A television series with Latina’s in the main roles has stoked some strident controversy. The new Eva Longoria production, Devious Maids, written by Marc Cherry have inspired comments on HuffPost and Twitter ranging from “…a wasted opportunity…” to “sell-out,” and “haters.”
Chingaó, (‘damn it’) what a lot of ruido (noise). But, you know, it’s good ruido, healthy.
I have to admit, that when I first heard of the upcoming program (when ABC was considering it) I immediately thought of the late great Lupe Ontiveros who was often cast as a stereotypical maid, a lá Rosalita in Goonies. Second thought, this better not be another caricature of Latinas. Thirdly, when will film depict Latinas in roles that are multifaceted and realistic for most of us?
The answer to the third thought: we have to write our own stories and support making these films (like Bless Me Ultima, Cesar Chavez film, and others that were crowd funded).
But back to Devious Maids (DM). Tonight I found the pilot episode of DM on Lifetime On Demand channel-it debuts on June 23, 2013. I wanted to know what ‘side’ of the triangle I would be on: boycott, embrace, ignore.
Okay, only one way to decide. Watch the show and make up my own mind.
The five maids:
- Zoila (Judy Reyes-Scrubs) is a caring mother raising a teenaged daughter, (Edy Ganem) Valentina. They both work for Mrs. Delatour (Susan Lucci), who attempted suicide because her young pool boy amour wouldn’t introduce her to his friends because she’s “…over 40.” Her son, Remi Delatour, moves back in to help his mother. Valentina falls in love with him. “Rich boys don’t marry their maids,” Zoila says.
- Marisol (Anna Ortiz-Ugly Betty) “…doesn’t have an accent, she sounds like she went to college…has attitude,” whines the new trophy wife Mrs. Stafford. Marisol is assertive, pragmatic, and carries a secret.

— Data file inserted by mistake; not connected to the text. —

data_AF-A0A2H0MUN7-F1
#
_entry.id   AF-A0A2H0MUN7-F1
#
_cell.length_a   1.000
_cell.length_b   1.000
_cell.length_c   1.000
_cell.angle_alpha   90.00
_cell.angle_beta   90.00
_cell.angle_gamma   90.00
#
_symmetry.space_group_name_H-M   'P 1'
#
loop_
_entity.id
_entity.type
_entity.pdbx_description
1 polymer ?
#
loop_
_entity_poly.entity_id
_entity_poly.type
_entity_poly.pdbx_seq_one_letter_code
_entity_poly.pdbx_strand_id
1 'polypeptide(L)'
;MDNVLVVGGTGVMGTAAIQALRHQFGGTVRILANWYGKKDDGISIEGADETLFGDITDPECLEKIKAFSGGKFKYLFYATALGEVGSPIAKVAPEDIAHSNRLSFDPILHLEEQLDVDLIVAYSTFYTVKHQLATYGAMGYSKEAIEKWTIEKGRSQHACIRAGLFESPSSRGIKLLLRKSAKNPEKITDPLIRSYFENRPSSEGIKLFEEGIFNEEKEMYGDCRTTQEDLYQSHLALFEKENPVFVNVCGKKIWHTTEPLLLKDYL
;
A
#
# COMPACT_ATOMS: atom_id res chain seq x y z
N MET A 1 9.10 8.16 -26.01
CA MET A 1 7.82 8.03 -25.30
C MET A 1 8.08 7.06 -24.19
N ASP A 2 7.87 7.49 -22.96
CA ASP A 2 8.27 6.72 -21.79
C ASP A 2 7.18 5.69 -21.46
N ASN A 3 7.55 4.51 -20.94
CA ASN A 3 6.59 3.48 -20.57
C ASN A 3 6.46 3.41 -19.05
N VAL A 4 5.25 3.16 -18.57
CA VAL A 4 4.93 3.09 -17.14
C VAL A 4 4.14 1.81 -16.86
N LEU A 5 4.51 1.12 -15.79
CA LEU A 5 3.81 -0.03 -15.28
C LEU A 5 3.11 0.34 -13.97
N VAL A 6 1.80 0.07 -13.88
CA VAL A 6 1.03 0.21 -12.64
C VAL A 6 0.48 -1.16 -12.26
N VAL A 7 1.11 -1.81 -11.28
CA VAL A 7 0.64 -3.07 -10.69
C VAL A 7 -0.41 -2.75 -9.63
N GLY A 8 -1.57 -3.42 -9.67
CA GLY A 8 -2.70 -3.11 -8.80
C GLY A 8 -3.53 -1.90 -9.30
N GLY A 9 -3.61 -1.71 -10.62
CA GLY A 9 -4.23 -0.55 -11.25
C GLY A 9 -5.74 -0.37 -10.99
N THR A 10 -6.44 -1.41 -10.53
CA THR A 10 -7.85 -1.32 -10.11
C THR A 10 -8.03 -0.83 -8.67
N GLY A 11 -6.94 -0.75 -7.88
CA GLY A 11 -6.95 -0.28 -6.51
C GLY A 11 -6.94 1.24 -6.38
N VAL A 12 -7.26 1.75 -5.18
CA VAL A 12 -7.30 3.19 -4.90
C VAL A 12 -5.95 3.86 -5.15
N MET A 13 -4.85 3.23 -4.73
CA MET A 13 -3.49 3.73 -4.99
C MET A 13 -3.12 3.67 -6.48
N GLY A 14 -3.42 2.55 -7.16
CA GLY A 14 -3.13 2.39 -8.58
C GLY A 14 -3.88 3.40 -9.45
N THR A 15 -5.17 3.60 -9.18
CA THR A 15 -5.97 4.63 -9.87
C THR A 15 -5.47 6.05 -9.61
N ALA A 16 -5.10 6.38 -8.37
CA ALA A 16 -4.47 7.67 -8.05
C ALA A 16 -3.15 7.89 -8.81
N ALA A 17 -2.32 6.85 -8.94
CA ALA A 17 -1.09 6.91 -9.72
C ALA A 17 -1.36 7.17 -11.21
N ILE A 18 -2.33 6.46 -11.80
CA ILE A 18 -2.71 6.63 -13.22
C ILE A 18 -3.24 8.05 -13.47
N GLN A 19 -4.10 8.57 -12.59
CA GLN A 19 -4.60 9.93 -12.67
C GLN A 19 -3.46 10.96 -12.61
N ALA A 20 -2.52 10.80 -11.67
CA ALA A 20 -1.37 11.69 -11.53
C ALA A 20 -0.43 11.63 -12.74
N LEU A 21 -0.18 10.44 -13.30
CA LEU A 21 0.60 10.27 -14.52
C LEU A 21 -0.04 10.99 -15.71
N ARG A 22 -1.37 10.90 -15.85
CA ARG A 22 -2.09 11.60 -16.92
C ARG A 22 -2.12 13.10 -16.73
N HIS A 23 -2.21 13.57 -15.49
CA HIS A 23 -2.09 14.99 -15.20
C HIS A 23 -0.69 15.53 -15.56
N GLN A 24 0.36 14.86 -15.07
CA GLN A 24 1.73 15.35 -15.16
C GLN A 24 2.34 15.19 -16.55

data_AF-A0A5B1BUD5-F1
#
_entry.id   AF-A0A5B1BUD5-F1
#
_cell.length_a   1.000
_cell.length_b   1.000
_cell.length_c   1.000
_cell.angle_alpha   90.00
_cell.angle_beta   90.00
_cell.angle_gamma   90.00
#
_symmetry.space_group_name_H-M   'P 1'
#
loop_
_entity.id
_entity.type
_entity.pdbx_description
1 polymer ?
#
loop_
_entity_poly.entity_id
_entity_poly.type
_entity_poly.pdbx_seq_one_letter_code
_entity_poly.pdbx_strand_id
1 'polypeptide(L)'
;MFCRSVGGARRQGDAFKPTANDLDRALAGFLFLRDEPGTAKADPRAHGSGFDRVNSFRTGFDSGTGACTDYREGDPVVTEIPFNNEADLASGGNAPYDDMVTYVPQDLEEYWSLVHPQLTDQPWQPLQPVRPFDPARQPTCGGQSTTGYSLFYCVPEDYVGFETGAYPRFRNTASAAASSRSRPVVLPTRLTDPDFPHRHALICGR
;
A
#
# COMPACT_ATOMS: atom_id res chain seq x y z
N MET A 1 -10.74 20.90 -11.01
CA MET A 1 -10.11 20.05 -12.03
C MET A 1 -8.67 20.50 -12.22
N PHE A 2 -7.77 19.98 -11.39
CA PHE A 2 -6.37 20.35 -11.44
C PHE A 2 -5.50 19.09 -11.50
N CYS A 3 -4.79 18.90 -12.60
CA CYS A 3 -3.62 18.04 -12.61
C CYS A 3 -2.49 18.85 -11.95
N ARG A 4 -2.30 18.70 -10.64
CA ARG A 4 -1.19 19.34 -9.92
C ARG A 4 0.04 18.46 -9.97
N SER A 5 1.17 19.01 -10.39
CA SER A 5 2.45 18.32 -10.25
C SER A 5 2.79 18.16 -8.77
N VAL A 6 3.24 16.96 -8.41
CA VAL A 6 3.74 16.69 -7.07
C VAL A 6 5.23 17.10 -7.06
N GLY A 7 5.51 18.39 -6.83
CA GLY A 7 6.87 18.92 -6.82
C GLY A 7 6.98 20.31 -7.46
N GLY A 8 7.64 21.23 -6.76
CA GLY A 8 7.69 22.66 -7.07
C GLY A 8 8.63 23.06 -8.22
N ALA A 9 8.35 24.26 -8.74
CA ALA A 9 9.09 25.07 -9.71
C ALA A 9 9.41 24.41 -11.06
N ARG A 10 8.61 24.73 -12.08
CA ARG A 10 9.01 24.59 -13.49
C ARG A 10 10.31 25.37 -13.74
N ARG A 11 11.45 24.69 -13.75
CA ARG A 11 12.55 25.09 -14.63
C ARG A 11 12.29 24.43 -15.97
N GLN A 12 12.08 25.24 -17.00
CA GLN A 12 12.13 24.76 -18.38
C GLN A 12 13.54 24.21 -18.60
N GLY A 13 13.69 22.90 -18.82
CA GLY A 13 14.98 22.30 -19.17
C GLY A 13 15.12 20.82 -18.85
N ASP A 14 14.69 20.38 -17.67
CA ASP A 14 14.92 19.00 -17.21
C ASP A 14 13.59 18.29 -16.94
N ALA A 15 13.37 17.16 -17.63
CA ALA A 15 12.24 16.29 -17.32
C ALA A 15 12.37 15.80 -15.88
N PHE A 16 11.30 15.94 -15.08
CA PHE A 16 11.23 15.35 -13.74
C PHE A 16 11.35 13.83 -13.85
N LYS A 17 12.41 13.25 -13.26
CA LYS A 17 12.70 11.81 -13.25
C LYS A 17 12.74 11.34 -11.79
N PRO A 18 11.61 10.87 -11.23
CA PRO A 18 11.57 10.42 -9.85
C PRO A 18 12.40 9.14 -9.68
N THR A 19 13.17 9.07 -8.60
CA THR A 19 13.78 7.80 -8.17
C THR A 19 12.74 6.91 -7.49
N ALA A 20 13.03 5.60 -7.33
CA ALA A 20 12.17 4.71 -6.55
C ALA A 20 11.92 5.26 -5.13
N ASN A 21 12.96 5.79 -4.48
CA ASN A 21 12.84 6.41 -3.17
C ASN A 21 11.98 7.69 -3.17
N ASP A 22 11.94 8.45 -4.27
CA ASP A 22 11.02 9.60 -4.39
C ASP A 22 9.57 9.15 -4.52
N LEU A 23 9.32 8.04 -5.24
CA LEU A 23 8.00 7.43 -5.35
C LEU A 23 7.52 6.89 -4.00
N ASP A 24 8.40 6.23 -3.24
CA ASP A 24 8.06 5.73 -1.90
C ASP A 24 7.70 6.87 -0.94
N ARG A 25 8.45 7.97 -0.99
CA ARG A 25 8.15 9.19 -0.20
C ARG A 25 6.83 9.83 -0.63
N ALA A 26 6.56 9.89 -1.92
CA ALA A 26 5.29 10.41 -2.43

- Carmen (Rosalyn Sanchez-Rush Hour 2) is a “…pretty girl with an agenda,” one titled, “I’m going to be a Superstar.” Confident, self-assured, a little manipulative, she works on staff for Alejandro, a famous Latino singer.
- Rosie (Dania Ramirez-Heroes) is a maid and a nanny. She cares for her boss’s baby while missing the young son she left behind in Mexico. She hires an immigration lawyer. Her phone call with her son is especially moving and well-acted.
So far, the women seem like chingona’s, in their workplace and in personality.
This is what I liked about Devious Maids (DM’s):
- The premier episode had an intriguing beginning (a murder) sets up the ‘whodunnit’ question. One of the DM’s will investigate the murder.
- The DM’s were varied, without falling back on stereotypical Latino cartoony characters. No Gloria Delgado-Pritchett (Sofia Vergara) accents.
- Issues of rich vs. poor, prejudice, class distinctions, immigration, sexism, infidelity (I could go on, this is just a taste) are presented.
- Their names are other than Maria or Lupe, and there are no exaggerated mannerisms for comic effect.
- There are some very funny scenes along with a couple of poignant moments.
To be fair, I didn’t like a few things either:
- The clothes the maids wear to clean house are ones I’d go out for coffee in: nice jeans, wedge sandals, blouse and cardigan.
- All of them are skinny, and under 40 (except for Judy Reyes, but she looks -40). Where are the curves?
- The maids look homogenous: morena, brunettes, petite. Where are the rubias, the Afro-Cubans, the indias?
- The maids employers are caricatures: rich, white, (except Alejandro), entitled.
- The glamor shots of the maids at the beginning of the show. It’s so 2005, as in Desperate Housewives, and its spawn, Real Housewives of Orange County, Beverly Hills…Do something fresh, get more creative.
I follow a few television series: The Big Bang Theory (I love nerds), Grey’s Anatomy, Downton Abbey, Call the Midwife, and Mad Men. They all peek into the lives of people very different from me and my upbringing, but I find their stories fascinating.
I can’t say I’ll be a follower of Devious Maids, I don’t know yet. From this first episode I can say that I’m interested in hearing the stories about the lives of these Latina characters. It will be an episode by episode kind of thing before I can say I’m a fan but I’ll be watching-at least the second episode.